Extreme phenotypic heterogeneity in non-expansion spinocerebellar ataxias

Paulina Cunha, Emilien Petit, Marie Coutelier, Giulia Coarelli, Caterina Mariotti, Jennifer Faber, Judith Van Gaalen, Joana Damasio, Zofia Fleszar, Michele Tosi, Clarissa Rocca, Giovanna De Michele, Martina Minnerop, Claire Ewenczyk, Filippo M. Santorelli, Anna Heinzmann, Thomas Bird, Matthias Amprosi, Elisabetta Indelicato, Alberto BenussiPerrine Charles, Claudia Stendel, Silvia Romano, Marina Scarlato, Isabelle Le Ber, Maria Teresa Bassi, Mercedes Serrano, Tanja Schmitz-Hübsch, Sarah Doss, Gijs A.J. Van Velzen, Quentin Thomas, Antonio Trabacca, Juan Dario Ortigoza-Escobar, Stefano D'Arrigo, Dagmar Timmann, Chiara Pantaleoni, Andrea Martinuzzi, Elsa Besse-Pinot, Luca Marsili, Ettore Cioffi, Francesco Nicita, Alejandro Giorgetti, Isabella Moroni, Romina Romaniello, Carlo Casali, Penina Ponger, Giorgio Casari, Susanne T. De Bot, Giovanni Ristori, Lubov Blumkin, Barbara Borroni, Cyril Goizet, Cecilia Marelli, Sylvia Boesch, Mathieu Anheim, Alessandro Filla, Henry Houlden, Enrico Bertini, Thomas Klopstock, Matthis Synofzik, Florence Riant, Ginevra Zanni, Stefania Magri, Daniela Di Bella, Lorenzo Nanetti, Jorge Sequeiros, Jorge Oliveira, Bart Van de Warrenburg, Ludger Schöls, Franco Taroni, Alexis Brice, Alexandra Durr*

*Corresponding author for this work

Research output: Contribution to journalArticlepeer-review

Abstract

Although the best-known spinocerebellar ataxias (SCAs) are triplet repeat diseases, many SCAs are not caused by repeat expansions. The rarity of individual non-expansion SCAs, however, has made it difficult to discern genotype-phenotype correlations. We therefore screened individuals who had been found to bear variants in a non-expansion SCA-associated gene through genetic testing, and after we eliminated genetic groups that had fewer than 30 subjects, there were 756 subjects bearing single-nucleotide variants or deletions in one of seven genes: CACNA1A (239 subjects), PRKCG (175), AFG3L2 (101), ITPR1 (91), STUB1 (77), SPTBN2 (39), or KCNC3 (34). We compared age at onset, disease features, and progression by gene and variant. There were no features that reliably distinguished one of these SCAs from another, and several genes—CACNA1A, ITPR1, SPTBN2, and KCNC3—were associated with both adult-onset and infantile-onset forms of disease, which also differed in presentation. Nevertheless, progression was overall very slow, and STUB1-associated disease was the fastest. Several variants in CACNA1A showed particularly wide ranges in age at onset: one variant produced anything from infantile developmental delay to ataxia onset at 64 years of age within the same family. For CACNA1A, ITPR1, and SPTBN2, the type of variant and charge change on the protein greatly affected the phenotype, defying pathogenicity prediction algorithms. Even with next-generation sequencing, accurate diagnosis requires dialogue between the clinician and the geneticist.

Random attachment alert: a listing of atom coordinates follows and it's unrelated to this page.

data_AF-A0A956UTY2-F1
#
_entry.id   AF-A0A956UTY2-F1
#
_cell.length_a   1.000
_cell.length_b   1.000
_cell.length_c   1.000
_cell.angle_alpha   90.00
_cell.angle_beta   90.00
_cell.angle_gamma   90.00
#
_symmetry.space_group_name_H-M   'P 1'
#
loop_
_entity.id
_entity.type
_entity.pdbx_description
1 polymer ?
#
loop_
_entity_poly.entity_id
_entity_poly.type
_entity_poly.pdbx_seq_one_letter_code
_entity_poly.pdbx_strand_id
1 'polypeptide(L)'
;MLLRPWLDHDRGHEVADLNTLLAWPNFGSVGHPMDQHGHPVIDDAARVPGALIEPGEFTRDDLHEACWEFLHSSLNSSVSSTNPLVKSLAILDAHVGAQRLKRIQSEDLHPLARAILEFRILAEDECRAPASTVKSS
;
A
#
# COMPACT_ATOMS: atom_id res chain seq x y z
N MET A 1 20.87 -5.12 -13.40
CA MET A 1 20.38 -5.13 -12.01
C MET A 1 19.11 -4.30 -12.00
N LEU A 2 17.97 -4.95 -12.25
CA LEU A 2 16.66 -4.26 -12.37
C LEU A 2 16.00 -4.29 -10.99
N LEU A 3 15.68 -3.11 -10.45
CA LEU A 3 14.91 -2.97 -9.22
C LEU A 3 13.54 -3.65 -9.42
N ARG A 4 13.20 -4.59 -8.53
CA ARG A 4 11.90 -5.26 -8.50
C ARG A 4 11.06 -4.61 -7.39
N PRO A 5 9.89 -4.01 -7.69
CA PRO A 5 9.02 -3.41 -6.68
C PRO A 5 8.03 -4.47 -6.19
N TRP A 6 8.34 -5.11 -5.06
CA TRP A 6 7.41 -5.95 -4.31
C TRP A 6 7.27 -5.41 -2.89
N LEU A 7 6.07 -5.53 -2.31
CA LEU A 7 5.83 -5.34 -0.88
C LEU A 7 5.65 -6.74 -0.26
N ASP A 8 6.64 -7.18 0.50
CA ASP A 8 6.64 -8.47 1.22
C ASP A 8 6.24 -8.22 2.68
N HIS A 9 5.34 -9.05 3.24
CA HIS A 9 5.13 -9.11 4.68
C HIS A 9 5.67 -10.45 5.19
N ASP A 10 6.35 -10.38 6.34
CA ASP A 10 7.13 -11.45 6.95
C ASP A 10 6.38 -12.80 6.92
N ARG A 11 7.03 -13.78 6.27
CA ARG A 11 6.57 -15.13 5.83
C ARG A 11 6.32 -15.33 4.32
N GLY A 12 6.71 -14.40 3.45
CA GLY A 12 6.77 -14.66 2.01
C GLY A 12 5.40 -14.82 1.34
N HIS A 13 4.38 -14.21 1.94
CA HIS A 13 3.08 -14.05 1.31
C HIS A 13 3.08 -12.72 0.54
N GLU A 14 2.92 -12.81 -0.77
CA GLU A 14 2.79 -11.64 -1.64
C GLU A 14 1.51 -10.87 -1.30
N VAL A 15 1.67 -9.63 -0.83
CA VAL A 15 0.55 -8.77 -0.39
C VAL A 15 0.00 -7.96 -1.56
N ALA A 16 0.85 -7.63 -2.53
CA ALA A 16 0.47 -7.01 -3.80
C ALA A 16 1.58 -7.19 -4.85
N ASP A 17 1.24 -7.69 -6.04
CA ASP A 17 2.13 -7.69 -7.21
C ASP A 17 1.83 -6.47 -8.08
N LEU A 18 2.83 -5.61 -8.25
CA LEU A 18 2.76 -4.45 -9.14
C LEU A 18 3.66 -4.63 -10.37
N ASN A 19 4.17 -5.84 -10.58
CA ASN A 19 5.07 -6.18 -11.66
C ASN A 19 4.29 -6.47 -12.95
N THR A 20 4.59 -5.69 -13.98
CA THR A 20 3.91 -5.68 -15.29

Original languageEnglish
Pages (from-to)1098-1109
Number of pages12
JournalAmerican Journal of Human Genetics
Volume110
Issue number7
DOIs
StatePublished - 6 Jul 2023

Keywords

  • Spinocerebellar Ataxia, SCA, CACNA1A, PRKCG, AFG3L2, ITPR1, STUB1, SPTBN2, KCNC3, onset

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